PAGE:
I grew up in a household where photography was always present.

My father was a scientist studying large antelope in Africa and two weeks after every trip he took, boxes and boxes of slides would appear on the living room coffee table like a pyramid of yellow bricks, and my brothers and I would sit and hear stories of lions and nyala, or spend time looking into the faces of wildebeests crossing rivers in their migration floods. When I was 16, I got a summer job working in remote Canada. My father’s gift to me was one of his old Nikon cameras and a lens that magically could shoot in macro and wide angle, but did little in between. As a photographer, those became my two favourite views of the world and today I still am always looking for moments of intimacy in capturing a tiny tableau that was otherwise unnoticed or the grandeur and sense of wonder at the enormity of the big picture of the world. 

I’m an archaeologist, a writer, a university professor, but when I want to think, or be quiet in myself, it’s almost always with a camera in hand.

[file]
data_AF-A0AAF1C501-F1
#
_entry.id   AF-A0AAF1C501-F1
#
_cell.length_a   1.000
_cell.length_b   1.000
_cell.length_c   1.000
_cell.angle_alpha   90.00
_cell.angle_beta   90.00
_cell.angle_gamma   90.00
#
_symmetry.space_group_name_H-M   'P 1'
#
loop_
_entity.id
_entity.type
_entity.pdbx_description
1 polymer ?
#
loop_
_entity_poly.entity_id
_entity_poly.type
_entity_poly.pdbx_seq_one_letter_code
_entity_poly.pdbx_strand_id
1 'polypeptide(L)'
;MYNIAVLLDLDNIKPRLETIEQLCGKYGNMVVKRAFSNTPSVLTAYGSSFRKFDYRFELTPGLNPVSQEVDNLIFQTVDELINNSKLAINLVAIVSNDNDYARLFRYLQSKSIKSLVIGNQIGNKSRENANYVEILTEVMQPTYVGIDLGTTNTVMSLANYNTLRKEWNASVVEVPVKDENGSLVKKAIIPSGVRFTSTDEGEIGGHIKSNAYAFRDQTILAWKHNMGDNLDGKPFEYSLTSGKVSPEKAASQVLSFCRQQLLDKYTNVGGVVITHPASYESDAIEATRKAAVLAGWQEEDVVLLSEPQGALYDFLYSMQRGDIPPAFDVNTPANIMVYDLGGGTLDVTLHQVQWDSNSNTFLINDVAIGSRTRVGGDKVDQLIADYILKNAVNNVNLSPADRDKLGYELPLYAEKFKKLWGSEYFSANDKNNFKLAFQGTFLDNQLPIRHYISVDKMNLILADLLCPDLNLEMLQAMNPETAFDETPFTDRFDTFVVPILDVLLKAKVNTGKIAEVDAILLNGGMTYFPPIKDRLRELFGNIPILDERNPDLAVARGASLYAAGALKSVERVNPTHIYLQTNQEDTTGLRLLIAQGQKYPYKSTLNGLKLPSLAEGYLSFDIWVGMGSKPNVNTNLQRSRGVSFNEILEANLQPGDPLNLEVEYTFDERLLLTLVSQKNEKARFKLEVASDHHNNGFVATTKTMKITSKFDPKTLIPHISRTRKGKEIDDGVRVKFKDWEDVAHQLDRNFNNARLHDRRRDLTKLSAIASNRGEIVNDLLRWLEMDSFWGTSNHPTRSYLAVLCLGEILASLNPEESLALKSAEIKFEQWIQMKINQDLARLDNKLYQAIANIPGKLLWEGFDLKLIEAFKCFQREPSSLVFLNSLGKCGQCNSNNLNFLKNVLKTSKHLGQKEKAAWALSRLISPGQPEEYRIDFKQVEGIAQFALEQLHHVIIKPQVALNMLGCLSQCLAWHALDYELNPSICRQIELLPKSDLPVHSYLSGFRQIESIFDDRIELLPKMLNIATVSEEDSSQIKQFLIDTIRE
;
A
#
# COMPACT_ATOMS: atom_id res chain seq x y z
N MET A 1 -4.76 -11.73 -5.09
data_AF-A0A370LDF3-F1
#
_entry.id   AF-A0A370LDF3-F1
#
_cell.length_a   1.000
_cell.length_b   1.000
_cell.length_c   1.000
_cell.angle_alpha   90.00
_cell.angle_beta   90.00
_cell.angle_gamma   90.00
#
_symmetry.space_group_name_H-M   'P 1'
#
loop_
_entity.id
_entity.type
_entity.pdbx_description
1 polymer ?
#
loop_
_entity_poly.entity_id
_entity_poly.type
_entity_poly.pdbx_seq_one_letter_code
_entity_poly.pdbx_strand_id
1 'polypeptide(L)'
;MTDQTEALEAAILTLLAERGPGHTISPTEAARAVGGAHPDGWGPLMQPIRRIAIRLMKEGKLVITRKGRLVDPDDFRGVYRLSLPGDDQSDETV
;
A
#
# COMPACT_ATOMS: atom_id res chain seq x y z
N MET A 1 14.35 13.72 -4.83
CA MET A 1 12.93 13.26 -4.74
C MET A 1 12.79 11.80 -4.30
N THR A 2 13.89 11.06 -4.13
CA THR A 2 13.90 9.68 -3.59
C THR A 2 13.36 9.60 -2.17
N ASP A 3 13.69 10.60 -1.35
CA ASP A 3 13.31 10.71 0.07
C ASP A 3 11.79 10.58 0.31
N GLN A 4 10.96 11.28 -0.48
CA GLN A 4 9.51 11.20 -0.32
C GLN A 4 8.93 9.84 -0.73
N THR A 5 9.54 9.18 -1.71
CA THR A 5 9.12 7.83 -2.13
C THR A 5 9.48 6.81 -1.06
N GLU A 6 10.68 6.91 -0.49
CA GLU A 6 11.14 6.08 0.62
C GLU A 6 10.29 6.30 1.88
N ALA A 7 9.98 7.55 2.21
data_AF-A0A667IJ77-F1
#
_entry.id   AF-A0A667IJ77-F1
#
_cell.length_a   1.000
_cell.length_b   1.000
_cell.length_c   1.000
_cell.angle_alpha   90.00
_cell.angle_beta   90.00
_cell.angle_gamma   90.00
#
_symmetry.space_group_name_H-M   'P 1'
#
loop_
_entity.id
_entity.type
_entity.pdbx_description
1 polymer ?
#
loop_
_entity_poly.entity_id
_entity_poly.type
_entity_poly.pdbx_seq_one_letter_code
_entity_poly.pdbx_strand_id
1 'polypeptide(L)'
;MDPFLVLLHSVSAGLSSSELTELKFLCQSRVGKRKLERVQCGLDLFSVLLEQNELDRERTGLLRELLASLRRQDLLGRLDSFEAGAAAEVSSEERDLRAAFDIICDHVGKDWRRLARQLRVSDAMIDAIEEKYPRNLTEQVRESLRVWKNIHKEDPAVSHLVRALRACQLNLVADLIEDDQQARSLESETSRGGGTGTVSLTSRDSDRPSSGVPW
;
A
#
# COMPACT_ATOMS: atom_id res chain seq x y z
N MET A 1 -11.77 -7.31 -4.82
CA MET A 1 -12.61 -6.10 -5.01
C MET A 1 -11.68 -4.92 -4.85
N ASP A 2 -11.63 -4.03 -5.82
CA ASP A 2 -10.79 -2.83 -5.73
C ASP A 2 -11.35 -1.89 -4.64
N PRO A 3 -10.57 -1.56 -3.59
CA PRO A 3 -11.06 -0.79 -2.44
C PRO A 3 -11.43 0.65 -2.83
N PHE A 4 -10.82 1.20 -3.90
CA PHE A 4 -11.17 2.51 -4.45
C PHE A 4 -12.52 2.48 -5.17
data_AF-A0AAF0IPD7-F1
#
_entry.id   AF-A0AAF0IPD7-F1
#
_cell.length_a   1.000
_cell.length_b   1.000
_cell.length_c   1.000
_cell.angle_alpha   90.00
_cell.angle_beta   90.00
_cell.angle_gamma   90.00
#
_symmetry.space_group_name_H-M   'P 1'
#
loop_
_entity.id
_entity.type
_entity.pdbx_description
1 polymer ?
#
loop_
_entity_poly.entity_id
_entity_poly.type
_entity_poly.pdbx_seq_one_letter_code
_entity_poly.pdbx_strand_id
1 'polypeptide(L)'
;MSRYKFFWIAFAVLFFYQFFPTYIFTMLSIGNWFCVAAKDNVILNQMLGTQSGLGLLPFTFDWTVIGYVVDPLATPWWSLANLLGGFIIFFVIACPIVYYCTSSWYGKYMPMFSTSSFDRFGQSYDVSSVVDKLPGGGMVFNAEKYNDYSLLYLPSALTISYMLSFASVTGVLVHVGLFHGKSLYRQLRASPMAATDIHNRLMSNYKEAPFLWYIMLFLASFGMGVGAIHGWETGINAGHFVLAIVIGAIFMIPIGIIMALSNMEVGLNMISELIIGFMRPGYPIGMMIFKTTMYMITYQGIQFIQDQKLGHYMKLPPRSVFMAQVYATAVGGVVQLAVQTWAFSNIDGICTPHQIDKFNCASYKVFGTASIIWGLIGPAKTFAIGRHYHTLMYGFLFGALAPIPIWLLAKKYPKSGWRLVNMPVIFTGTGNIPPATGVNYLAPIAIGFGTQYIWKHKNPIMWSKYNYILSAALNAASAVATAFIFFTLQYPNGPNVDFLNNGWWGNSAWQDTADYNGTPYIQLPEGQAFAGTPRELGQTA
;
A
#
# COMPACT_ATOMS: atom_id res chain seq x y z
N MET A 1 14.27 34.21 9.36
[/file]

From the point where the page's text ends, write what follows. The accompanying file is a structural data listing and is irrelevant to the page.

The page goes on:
Some of the photos Vladka chose for this month are particularly meaningful to me as one of them I took on the day I bought my section above the Precipice Creek a little over 10 years ago. I remember thinking “I can’t believe I’m going to get to live here,” and just about every day I still wake up thinking the same.

These days I write bespoke books for people -- focusing especially on artists and their work, and families and personal legacies. I also study lines people drew on the walls of caves 25,000 years ago. To me, they’re all connected.

Last year I gave a TEDx talk about my archaeological work and my interest in intimacy and kindness and how evidence for it exists even in the small marks people made on cave walls. You can see it here.

My website is http://leslievangelder.com